Solar Power Heats Up in Arizona

Arizona, which aims to get 15 percent of its energy from renewable energy sources by 2025, according to CNN, recently came one step closer to that goal. Abengoa …

Arizona, which aims to get 15 percent of its energy from renewable energy sources by 2025, according to CNN, recently came one step closer to that goal.

Abengoa Solar, a Spain-based company, “is planning to take 3 square miles of desert southwest of Phoenix and turn them into one of the largest solar power plants in the world,” according to a CNN article published last month. The 280-megawatt plant, which will be called Solana, will be built in Gila Bend; construction could begin as early as next year, according to the article.

The temperature in Gila Bend can reach up to 120 degrees Fahrenheit in the summer, which factors into how this particular solar plant will operate: “the plant will use thousands of giant mirrors to harness the sun’s heat. That will heat up liquids, which will spin turbines—just like coal or other power plants but without the pollution,” according to the article.

Solana’s technology differs from most solar energy projects, which generate energy by harnessing light from the sun, by capturing and using heat from the sun instead.

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“The solar trough technology uses trackers with high precision parabolic mirrors that follow the sun’s path and concentrate its energy, heating a fluid to over 700 degrees Fahrenheit and using that heat to turn steam turbines. The solar plant will also include a thermal energy storage system that allows for electricity to be produced as required, even after the sun has set,” according to an Abengoa press release.

In addition to providing enough renewable energy to power 70,000 homes, Solana will have economic benefits for Arizona. Solana will “sell the electricity produced to [Arizona Public Service Co., a large energy utility] over the next 30 years for a total revenue of around $4 billion, bringing over $1 billion in economic benefits to the state of Arizona,” according to the article.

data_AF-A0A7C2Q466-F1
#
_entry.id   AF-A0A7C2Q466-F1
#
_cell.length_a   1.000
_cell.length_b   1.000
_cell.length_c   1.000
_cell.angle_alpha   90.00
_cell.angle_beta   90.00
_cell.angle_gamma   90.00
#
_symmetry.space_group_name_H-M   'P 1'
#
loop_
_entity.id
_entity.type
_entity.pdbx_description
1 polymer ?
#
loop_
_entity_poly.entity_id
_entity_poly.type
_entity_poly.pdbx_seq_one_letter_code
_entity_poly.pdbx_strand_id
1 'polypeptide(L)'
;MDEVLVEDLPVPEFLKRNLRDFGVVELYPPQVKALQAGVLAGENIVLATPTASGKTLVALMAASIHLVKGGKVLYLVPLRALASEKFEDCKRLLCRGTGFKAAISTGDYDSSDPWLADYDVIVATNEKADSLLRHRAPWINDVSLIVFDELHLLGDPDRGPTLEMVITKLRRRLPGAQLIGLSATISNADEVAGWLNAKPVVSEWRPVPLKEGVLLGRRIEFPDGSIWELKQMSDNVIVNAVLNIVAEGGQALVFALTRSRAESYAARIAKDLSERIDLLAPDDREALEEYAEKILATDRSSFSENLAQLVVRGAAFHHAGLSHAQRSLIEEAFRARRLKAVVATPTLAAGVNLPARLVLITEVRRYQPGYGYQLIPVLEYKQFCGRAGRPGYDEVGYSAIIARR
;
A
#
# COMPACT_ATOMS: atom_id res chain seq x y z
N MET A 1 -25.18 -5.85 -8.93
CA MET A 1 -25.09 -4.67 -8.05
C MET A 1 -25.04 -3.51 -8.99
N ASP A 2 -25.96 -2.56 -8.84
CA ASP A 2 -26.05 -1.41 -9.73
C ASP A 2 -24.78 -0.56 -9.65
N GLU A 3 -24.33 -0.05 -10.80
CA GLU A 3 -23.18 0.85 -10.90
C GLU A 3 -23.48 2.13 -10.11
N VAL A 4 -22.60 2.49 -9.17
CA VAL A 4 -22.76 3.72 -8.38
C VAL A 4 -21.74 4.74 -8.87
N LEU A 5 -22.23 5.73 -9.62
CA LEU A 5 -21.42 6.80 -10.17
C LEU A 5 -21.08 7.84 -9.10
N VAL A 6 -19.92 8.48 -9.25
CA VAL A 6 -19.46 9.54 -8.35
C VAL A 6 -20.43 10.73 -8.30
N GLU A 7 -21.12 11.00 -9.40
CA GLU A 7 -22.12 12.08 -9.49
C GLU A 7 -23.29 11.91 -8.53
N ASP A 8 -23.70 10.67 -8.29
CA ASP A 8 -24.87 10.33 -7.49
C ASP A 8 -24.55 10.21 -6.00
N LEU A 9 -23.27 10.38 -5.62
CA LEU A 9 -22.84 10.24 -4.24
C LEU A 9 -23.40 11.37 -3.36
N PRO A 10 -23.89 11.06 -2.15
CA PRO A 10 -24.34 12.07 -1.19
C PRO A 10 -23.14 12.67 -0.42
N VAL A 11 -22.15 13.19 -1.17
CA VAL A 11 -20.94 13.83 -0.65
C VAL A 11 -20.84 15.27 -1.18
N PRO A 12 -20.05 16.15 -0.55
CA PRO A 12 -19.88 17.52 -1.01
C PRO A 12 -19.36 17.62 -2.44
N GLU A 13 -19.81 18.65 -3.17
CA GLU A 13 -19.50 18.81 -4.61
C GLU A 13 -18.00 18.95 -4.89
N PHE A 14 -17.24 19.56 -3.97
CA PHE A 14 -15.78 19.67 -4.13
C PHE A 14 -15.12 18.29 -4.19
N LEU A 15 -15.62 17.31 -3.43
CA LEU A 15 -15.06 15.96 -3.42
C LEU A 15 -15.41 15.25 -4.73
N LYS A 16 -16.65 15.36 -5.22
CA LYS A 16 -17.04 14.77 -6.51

Further, “the construction of the Solana Generating Station will create about 1,500 construction jobs and employ 85 skilled full-time workers once completed,” according to an Abengoa press release.

Solana, which will cost $1 billion to construct, depends on the federal solar investment tax credit being extended, which both Abengoa and Arizona Public Service Co. are confident will happen, according to the article.

For individual investors, one way to get involved in solar power investing is through adding solar energy technology to a property they own. A bonus for investors who do this is that they can market their property as “green,” enabling them to increase the price for buyers or tenants of the property. (For more information on this and other aspects of investing in solar power, see our previous article Solar Power: A Bright Idea.)

For investors who are interested in investing money in solar power, but are wary of choosing a particular project, company or technology, “one exchange traded fund—the PowerShares WilderHill Clean Energy Portfolio (PBW), offered by PowerShares Capital Management LLC of Wheaton, Ill.—includes many companies in the solar sector,” according to InvestmentNews.

Abengoa has U.S. projects in Arizona, Texas, Colorado and California and international projects in Algeria and Morocco, in addition to projects in Spain, the company’s home country.


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